What happens when a mortgage lender violates the Automatic Stay in the Eastern District of California? Just ask Bank of America. In a recent ruling, Judge Christopher Klein awarded over $46 million in damages against the bank.

The Automatic Stay

The automatic stay is one of the cornerstones of bankruptcy law. The automatic stay protects bankruptcy filers from collection activity during the pendency of their bankruptcy.

The purpose of the automatic stay is to allow bankruptcy filers some breathing room to sort through their financial issues. The stay also prevents creditors from rushing to collect the last vestiges of the debtor’s assets.

Violating the automatic stay can result in a finding of contempt of court. Courts have the power to award damages against the stay violator.

Sundquist v. Bank of America

Judge Klein’s ruling is 107 pages long. The brief summary is this: Bank of America foreclosed on the Sundquist’s home despite having actual knowledge of their bankruptcy filing. This unlawful act triggered years of consequences for the Sundquists.

There was already bad blood between the Sundquists and Bank of America. As a couple caught up in the Great Recession, the debtors had to fight with Bank of America for years to try to obtain a mortgage modification. Uniquely in this case, Mrs. Sundquist kept a contemporaneous journal of her struggle. This evidence would prove to be very powerful at trial.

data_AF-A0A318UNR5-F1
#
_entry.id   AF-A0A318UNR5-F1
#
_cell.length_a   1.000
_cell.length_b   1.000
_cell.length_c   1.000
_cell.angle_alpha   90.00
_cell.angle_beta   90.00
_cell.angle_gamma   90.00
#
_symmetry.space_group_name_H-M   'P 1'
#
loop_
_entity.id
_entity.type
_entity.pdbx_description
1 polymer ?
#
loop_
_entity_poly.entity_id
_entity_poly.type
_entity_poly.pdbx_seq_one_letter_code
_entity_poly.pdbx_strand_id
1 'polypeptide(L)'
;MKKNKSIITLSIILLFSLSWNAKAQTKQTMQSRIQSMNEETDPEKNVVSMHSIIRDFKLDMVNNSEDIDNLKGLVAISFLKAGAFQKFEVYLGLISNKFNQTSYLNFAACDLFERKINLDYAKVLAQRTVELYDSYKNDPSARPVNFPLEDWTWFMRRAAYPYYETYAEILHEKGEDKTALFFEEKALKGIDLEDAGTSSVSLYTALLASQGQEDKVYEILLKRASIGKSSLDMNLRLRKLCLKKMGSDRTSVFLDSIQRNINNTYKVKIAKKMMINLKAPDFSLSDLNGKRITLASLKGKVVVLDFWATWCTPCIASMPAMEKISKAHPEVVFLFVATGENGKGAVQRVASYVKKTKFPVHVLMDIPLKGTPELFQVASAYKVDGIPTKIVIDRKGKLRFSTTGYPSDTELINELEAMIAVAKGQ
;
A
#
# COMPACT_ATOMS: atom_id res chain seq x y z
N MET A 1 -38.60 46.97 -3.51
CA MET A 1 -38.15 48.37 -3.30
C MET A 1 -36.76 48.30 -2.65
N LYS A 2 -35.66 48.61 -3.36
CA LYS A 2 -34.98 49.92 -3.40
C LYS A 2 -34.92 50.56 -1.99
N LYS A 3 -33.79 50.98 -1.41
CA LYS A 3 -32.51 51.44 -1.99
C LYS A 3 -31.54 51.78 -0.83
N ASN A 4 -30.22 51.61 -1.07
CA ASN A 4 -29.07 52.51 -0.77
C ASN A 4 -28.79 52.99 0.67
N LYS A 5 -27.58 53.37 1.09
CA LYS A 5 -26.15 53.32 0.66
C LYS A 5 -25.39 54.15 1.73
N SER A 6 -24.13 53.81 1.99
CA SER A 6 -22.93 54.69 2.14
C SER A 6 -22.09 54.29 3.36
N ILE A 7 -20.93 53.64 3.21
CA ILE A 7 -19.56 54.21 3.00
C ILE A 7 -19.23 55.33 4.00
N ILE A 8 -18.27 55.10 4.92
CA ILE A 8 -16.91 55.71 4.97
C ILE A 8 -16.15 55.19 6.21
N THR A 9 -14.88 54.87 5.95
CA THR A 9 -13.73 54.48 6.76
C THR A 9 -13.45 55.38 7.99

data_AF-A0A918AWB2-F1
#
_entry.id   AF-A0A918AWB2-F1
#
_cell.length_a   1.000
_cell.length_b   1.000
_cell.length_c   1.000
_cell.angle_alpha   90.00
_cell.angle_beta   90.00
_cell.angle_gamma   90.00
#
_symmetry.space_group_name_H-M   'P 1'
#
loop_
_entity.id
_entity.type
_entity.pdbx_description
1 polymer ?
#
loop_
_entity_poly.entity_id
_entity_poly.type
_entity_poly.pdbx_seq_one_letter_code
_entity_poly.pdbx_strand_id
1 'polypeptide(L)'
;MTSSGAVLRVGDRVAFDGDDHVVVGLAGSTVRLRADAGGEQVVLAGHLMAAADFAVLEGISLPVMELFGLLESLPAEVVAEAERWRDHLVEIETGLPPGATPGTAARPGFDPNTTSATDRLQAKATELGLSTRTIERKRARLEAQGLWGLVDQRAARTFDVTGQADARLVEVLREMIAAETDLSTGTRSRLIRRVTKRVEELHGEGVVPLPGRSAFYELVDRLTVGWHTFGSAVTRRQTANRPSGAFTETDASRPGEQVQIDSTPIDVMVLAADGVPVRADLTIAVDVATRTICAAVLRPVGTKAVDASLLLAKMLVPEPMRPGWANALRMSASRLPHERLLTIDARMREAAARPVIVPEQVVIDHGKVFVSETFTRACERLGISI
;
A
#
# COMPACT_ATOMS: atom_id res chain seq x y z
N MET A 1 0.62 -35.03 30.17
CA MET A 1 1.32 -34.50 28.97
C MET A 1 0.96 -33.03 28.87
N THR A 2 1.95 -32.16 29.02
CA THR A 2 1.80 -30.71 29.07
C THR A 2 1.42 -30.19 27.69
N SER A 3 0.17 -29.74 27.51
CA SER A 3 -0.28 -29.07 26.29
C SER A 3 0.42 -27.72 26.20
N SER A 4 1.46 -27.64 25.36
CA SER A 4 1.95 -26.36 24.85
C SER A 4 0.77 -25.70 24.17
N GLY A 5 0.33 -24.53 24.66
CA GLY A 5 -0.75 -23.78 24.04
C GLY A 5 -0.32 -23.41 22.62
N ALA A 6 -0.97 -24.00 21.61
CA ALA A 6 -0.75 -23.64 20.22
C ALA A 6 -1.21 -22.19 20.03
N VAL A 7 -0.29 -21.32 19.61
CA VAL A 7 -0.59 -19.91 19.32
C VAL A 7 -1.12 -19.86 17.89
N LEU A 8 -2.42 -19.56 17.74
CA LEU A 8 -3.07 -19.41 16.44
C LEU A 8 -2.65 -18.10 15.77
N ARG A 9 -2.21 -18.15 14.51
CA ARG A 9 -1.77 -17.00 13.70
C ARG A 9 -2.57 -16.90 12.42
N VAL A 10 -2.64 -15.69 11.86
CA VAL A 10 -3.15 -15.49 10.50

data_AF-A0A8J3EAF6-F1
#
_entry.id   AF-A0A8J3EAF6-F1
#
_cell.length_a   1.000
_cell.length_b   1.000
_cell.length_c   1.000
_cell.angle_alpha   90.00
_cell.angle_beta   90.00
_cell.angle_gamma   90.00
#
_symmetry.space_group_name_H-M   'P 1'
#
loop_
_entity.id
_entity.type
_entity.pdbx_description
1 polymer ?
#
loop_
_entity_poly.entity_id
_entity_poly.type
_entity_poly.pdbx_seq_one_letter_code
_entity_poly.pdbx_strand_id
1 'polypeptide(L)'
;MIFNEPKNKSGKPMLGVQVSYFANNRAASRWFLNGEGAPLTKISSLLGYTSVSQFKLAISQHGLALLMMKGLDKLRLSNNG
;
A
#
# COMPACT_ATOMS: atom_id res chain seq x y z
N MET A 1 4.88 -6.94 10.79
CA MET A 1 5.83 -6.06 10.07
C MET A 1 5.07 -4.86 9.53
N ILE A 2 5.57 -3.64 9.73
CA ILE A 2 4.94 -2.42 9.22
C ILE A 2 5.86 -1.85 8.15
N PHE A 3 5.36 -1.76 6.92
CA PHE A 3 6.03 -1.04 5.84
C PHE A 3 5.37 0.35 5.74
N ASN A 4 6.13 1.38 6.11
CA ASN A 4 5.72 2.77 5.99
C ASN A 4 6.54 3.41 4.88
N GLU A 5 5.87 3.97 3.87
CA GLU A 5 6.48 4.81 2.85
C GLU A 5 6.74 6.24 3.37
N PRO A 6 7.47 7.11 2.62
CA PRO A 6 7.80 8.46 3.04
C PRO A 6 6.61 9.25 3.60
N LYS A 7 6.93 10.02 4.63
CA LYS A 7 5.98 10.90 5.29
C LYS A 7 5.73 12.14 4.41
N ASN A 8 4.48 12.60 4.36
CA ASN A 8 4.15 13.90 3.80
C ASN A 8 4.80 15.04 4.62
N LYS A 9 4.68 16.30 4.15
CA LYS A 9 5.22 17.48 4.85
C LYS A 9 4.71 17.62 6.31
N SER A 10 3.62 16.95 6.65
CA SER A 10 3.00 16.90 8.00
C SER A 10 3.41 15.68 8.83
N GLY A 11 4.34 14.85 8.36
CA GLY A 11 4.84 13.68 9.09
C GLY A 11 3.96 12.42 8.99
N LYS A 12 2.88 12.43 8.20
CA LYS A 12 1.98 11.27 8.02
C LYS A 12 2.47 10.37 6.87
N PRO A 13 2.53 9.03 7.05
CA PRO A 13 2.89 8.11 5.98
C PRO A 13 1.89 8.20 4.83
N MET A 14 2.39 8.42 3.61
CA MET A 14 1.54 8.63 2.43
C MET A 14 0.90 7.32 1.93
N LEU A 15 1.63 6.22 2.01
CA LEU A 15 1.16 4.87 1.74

In his ruling, Judge Klein eviscerates Bank of America for their treatment of the debtors. In fact, it was very clear that the bank had ample notice of the automatic stay, and repeatedly acted to violate the stay.

Over $46 Million in Damages

Judge Klein awarded over $46 million in damages to the debtors. Judge Kelin intends that the eye-popping fine sends a message to Bank of America. In fact, Judge Klein wrote that the large amount would not “be laughed off in the boardroom as petty cash or ‘chump change’.”

California’s public law schools and consumer advocacy groups will benefit from $40 million of the punitive damages.

The Sundquists, for their trouble, are set to receive over $1 million in actual damages and $5 million in punitive damages.

Violations of the Automatic Stay in Bankruptcy are very serious. If you believe that a creditor has violated the stay in your bankruptcy, please call my office at (916) 333-2222.